Growing global demand in fishmeal

The Fish Site
by The Fish Site
19 July 2005, at 1:00am

US - Bucking the trend in fluctuating commodity prices, the US fishmeal market has seen supplies and prices relatively stable this summer.

Growing global demand in fishmeal - US - Bucking the trend in fluctuating commodity prices, the US fishmeal market has seen supplies and prices relatively stable this summer.

In the early-90s, much of the fishmeal sold in the US constituted commodity-grade feed meant for the poultry industry. Today, fishmeal is increasingly used in the dairy industry while a special select-grade feed is given to piglets and aquatic species.

Shifts in markets, prices and technology are major factors contributing to this change.

Initially, the poultry industry saw fishmeal as just another feed ingredient. Soybean meal, amino acids and extra fat could be used to substitute fishmeal without any loss in poultry performance.

With improvements in manufacturing technology, fishmeal could be customised to meet specific livestock feed requirements in an industry where specialty meals have become more important.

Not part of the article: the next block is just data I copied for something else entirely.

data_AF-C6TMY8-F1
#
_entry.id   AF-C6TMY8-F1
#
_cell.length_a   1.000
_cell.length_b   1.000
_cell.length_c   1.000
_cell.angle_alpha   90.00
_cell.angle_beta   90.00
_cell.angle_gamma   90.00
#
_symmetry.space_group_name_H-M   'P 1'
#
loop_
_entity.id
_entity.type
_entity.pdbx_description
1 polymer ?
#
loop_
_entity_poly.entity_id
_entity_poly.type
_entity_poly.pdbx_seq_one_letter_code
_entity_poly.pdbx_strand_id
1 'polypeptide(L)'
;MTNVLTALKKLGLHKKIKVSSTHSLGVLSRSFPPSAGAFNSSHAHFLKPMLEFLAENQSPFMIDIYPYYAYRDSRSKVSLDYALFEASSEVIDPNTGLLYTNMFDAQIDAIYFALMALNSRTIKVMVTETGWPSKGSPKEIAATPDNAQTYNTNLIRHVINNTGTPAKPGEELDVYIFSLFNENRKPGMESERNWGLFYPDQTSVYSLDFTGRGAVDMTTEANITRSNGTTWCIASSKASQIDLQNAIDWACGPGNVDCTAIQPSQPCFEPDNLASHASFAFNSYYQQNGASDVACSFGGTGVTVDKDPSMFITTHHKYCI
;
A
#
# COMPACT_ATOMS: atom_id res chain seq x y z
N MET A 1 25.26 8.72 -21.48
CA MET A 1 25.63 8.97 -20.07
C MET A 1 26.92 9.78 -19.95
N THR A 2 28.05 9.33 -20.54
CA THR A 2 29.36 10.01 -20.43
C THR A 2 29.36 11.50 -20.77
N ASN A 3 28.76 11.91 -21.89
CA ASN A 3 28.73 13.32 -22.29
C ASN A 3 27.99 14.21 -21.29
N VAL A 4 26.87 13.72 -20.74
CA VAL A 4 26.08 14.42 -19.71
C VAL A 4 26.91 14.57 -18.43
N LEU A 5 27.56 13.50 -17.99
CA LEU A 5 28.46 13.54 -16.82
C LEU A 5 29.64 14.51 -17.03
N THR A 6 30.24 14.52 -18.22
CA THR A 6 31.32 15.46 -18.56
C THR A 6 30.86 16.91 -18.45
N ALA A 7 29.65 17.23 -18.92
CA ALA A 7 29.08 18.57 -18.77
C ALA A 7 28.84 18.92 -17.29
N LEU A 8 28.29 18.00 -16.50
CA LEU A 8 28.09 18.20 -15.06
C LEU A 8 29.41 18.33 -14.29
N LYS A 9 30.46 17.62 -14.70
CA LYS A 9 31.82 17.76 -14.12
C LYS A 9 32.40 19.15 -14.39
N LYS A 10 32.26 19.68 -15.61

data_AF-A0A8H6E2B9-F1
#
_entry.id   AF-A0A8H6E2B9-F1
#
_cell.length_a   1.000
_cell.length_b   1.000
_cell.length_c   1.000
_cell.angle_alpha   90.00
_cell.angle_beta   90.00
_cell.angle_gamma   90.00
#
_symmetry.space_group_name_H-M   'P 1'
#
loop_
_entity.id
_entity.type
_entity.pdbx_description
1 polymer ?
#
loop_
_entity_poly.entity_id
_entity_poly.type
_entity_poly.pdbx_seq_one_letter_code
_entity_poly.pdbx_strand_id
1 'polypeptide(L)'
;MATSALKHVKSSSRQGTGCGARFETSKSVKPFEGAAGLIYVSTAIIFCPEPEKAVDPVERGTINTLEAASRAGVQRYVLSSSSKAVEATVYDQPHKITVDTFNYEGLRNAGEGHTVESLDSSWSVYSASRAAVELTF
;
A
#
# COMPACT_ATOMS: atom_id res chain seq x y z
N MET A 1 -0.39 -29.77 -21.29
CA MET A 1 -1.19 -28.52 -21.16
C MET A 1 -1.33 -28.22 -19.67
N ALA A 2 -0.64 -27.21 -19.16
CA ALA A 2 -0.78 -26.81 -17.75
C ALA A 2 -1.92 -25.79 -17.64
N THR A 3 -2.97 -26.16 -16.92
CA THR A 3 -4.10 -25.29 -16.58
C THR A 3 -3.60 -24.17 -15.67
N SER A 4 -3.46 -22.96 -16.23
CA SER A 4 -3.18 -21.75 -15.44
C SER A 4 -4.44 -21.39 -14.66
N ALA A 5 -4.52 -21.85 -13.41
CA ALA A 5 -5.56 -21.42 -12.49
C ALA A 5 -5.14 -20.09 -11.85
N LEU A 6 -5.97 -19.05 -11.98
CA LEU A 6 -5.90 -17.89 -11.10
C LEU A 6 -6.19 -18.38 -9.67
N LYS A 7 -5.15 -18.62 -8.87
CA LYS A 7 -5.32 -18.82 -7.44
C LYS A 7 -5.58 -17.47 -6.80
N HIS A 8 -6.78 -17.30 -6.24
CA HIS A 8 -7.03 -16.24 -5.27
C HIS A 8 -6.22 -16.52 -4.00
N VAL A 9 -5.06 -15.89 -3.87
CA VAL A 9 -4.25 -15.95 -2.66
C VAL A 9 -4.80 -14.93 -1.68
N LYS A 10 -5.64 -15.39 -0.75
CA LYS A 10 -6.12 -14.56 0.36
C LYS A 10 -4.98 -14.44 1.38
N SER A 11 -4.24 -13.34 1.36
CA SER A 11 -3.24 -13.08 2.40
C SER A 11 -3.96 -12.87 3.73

In the US, for example, farmers now give fishmeal to layers to produce omega-3 or heart-healthy eggs. The US swine industry also uses fishmeal and milk powders in piglets'weaning diets. In Europe, fish oil is no longer primarily used in the hydrogenation industry but in aquaculture diets, especially for Norwegian or Chilean salmons.

Increasing concerns over the use of meat, bone and blood meals in ruminant diets have boosted demand for fishmeal. In fact, research shows that fishmeal can improve dairy cows'reproductive performance.

With its shift into specialty markets, fishmeal is no longer under the same economic pressures as other commodities. In the past, fishmeal prices tended to shadow those for soybean meal, meat and bone meal, and feather meal.

Today, fishmeal prices are about three times that of soy and the link between prices of both feed items has virtually disappeared. So even as US soybean meal prices have fluctuated with weather and diseases in the past months, fishmeal prices have remained unaffected.

Fishmeal now has to meet the demands of the global aquaculture industry's growth.

Prices for poultry meal and feather meal, however, are strengthening on the back of demand from Indonesia, where meat and bone meal in feed is gradually being phased out.

Currently, the US does not have large share of the global fishmeal market, with two manufacturers producing a mere 200,000 tonnes of menhaden fishmeal annually, compared with 6-7 million tonnes worldwide.

Source: eFeedLink - 15th July 2005

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